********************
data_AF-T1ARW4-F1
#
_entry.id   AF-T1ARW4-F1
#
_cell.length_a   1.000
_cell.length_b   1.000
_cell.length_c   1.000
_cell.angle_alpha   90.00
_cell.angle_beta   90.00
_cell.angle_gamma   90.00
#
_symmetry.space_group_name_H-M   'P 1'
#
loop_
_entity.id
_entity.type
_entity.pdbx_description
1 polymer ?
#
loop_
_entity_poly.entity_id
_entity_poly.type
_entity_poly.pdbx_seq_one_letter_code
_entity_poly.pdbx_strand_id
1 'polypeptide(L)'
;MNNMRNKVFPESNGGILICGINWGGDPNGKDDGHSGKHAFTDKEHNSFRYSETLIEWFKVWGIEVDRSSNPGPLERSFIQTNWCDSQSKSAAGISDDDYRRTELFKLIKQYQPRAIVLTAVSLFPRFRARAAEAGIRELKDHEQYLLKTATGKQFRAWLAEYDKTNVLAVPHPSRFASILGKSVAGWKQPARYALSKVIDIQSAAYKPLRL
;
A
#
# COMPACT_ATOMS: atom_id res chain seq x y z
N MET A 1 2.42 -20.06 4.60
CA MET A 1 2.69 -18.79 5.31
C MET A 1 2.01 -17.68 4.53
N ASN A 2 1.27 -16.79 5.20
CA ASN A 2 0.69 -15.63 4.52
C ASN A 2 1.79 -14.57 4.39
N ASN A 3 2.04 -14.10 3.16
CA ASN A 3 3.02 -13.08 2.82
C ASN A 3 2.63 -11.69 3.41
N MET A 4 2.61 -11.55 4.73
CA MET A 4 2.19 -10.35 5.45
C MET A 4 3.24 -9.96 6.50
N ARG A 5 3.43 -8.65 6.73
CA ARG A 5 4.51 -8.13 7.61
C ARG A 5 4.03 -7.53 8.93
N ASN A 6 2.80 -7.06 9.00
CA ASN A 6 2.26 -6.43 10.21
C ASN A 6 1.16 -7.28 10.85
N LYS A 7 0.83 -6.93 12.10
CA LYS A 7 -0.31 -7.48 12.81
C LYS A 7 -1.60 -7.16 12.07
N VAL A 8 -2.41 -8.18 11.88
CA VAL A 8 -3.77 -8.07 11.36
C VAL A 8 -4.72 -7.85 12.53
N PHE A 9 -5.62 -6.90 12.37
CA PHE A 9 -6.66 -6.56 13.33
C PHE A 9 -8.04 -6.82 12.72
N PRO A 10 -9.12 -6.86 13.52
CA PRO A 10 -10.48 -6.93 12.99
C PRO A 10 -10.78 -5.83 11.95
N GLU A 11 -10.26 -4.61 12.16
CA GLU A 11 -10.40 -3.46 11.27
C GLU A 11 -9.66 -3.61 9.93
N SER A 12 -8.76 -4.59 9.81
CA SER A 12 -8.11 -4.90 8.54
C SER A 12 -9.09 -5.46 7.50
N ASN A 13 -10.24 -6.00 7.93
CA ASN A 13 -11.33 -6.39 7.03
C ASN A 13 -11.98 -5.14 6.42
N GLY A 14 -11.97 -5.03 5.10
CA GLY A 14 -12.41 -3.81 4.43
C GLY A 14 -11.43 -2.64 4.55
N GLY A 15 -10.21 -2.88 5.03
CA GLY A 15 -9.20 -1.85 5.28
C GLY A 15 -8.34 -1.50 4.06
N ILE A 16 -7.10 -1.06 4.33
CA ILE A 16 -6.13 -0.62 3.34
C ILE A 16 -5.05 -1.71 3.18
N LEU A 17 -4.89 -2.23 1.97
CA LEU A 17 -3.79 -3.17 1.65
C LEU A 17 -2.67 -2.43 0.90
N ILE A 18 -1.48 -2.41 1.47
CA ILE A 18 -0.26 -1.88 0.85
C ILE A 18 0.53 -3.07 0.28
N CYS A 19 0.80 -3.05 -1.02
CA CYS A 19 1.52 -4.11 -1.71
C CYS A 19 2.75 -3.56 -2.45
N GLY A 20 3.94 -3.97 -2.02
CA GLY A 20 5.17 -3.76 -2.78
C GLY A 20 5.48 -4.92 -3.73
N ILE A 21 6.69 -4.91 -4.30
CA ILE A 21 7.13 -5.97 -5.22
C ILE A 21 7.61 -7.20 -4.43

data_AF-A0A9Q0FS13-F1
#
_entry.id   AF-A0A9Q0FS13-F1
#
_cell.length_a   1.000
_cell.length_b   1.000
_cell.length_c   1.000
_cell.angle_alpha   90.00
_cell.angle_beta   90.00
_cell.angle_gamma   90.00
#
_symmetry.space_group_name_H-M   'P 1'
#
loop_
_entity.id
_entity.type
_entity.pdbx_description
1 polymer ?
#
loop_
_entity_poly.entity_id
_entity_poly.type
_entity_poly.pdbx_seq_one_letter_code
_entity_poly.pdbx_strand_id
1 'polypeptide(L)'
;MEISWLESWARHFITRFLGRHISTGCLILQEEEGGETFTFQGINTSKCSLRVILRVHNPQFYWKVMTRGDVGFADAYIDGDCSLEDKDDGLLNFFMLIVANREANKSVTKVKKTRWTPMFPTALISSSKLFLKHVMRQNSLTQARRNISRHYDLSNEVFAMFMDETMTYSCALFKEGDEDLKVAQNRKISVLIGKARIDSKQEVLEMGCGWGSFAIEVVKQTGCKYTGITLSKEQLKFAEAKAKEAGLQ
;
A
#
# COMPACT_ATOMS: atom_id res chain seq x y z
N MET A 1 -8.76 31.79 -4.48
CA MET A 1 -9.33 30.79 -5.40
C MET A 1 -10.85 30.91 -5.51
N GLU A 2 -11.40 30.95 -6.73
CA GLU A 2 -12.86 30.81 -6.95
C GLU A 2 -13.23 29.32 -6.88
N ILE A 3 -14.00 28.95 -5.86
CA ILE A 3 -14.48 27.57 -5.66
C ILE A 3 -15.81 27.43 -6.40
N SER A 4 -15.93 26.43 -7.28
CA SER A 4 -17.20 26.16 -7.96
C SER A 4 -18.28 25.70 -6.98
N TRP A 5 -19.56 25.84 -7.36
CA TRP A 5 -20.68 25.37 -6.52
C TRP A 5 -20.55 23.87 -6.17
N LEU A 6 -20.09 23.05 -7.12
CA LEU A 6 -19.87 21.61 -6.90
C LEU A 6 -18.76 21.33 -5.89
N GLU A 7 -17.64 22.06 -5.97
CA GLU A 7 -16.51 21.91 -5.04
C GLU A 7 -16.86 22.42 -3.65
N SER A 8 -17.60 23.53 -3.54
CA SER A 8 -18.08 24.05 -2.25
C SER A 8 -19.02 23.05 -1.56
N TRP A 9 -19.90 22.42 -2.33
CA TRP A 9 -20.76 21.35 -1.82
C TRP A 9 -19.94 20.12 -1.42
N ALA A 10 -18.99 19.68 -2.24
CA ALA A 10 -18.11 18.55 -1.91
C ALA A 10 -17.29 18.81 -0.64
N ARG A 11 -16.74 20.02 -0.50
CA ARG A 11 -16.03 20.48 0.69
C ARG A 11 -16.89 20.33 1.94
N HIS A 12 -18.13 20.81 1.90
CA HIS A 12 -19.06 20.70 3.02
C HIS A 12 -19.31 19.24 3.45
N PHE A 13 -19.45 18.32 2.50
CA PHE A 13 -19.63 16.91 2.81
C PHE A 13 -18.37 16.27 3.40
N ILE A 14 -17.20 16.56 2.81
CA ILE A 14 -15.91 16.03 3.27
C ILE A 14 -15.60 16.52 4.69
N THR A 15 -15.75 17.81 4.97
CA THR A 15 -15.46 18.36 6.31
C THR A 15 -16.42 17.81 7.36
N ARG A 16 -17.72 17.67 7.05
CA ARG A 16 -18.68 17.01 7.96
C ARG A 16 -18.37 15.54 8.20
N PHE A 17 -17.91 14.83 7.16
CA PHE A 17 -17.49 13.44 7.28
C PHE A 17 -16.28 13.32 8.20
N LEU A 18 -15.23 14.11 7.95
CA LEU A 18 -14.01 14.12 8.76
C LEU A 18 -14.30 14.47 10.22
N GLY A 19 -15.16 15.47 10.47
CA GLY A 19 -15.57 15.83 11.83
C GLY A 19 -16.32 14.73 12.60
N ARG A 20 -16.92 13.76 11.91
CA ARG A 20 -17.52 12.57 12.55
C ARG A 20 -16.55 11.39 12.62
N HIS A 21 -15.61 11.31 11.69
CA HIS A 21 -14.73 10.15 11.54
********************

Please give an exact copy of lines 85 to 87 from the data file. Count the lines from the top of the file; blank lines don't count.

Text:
N CYS A 19 0.80 -3.05 -1.02
CA CYS A 19 1.52 -4.11 -1.71
C CYS A 19 2.75 -3.56 -2.45